Walking around Civic Center on a weekend night, it used to be easy to tell who is going to Davies Symphony Hall and who is going to a rock concert or rave at the Bill Graham Auditorium. Now those lines are beginning to blur.
DJ and Composer Mason Bates has been the featured living composer at the San Francisco Symphony for the past couple of years as the orchestra uses more technology in its concerts, from electronic instruments to video projects. The 37-year-old Bates was also recently appointed to the composition faculty of the San Francisco Conservatory of Music, as it too aims to innovate in music in addition to conserve traditions.
Bates’ Alternative Energy is a programmatic work with four continuous movements that tell a story of energy: from steam-powered Industrial Revolution factories to futuristic nuclear power plants to a deeper kind of spiritual energy. I first heard this piece at the Cabrillo Festival of Contemporary Music a year ago, where I was wowed by the integration of electronic sound effects and the orchestra. On Friday night, the effect wasn’t as mesmerizing because of the setup of the speakers. At Cabrillo, even though the concert took place in a gym, the placement of the speakers surrounded the audience in close quarters, creating a magical, immersive experience. At Davies Hall the speakers were on stage and sounded a bit muffled, not quite loud enough. If the symphony is committed to playing more of this kind of music it needs to install a high-quality surround sound system in the entire hall (Meyer Labs in Berkeley has an amazing system).
On the other hand, that idea almost defeats the purpose of having a traditional acoustic orchestra. Classical musicians take pride in not having to use mics and speakers. But the identity and culture of the orchestra is gradually changing.
Bates’ Alternative Energy is a programmatic work with four continuous movements that tell a story of energy.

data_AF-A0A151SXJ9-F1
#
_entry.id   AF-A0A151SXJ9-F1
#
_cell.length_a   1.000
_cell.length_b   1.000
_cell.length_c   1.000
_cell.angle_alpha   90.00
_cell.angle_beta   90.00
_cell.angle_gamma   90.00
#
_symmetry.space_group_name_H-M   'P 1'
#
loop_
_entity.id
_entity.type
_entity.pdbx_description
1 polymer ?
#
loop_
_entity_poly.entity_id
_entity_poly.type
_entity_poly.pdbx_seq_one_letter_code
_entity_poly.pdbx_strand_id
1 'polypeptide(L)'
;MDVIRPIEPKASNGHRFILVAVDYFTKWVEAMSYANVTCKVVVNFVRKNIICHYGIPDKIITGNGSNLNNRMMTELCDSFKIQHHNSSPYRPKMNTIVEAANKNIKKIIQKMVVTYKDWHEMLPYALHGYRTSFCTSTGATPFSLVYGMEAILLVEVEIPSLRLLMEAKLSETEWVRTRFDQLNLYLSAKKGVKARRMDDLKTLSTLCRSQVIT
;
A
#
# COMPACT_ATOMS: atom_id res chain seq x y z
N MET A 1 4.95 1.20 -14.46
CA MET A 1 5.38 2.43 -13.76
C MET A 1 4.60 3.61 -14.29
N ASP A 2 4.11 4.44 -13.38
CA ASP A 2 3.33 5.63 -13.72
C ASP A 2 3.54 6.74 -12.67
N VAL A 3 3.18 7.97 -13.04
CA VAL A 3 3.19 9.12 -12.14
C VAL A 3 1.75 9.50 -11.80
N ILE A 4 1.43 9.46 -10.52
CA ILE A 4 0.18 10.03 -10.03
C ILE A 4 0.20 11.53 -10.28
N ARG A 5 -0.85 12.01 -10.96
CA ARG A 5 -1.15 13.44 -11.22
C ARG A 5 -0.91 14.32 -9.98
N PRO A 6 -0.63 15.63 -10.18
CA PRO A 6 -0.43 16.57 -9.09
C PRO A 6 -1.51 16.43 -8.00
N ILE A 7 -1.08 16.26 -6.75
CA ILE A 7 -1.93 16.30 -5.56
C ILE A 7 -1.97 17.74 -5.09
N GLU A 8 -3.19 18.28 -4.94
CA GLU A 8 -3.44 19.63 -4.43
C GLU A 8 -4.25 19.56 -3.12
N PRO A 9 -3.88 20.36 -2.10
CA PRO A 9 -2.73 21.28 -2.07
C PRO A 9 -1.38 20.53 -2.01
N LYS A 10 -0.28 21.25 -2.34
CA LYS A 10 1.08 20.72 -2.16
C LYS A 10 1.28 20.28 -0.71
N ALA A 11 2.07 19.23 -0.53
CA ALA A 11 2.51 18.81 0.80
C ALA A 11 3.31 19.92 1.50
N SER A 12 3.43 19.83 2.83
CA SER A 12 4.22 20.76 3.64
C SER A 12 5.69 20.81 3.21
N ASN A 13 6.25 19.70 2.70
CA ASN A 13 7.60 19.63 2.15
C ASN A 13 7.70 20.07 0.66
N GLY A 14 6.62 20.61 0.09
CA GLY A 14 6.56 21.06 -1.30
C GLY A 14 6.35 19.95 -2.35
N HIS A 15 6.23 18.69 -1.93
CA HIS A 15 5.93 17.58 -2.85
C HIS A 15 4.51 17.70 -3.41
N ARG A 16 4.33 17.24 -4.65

Alternative Energy pops, tinkles, and hisses with jagged mechanical beats at Bates’ typical cool Andante moderato pace. Various sections of the orchestra take turns reflecting these rhythms, locking into the metronomically equal divisions of the beat in a colorful array of sounds. The composer sits at a Macbook next to the timpani, triggering prerecorded altered sound samples in rhythm like a regular member of the orchestra. Meanwhile the strings get long, soulful melodies that feel like the accompaniment; the rhythmic churning is the main point of interest. A fiddle-style violin solo was well played by Associate Concertmaster Nadya Tichman but sounded dainty in the overall mix. Perhaps she should have been amplified to compete in volume and timbre on the same level of the electronics. Instead, the electronics were simply turned down, which took away from their dazzle. Overall, though, the performance was effective and received an enthusiastic reception.
Classical musicians take pride in not having to use mics and speakers. But the identity and culture of the orchestra is gradually changing.
The snare drum roll that started the concert almost made me spring up and stand for the national anthem (it’s close to the beginning of the season, after all). But it was the dramatic beginning to Rossini’s Thieving Magpie, not The Star- Spangled Banner. Michael Tilson Thomas led a majestic and poised rendition of the introduction, yielding to a more playful Allegro theme. The overture featured some great examples of the “Rossini Crescendo” in which a quick figure is played over and over while rising in volume, speed, and overall intensity. It was a spirited concert opener but a funny pairing with the Bates.
Beethoven’s Piano Concerto No. 1 in C Major rounded out the concert, with elegant yet powerful playing by Norwegian soloist Leif Ove Andsnes. The rhythm and runs sounded fresh and strong, without spilling into an overly Romantic sound. The Steinway grand piano even sounded, at times, like a Beethoven-era forte-piano. Andsnes played two Beethoven bagatelles as an encore, the second of which was satisfyingly dynamic.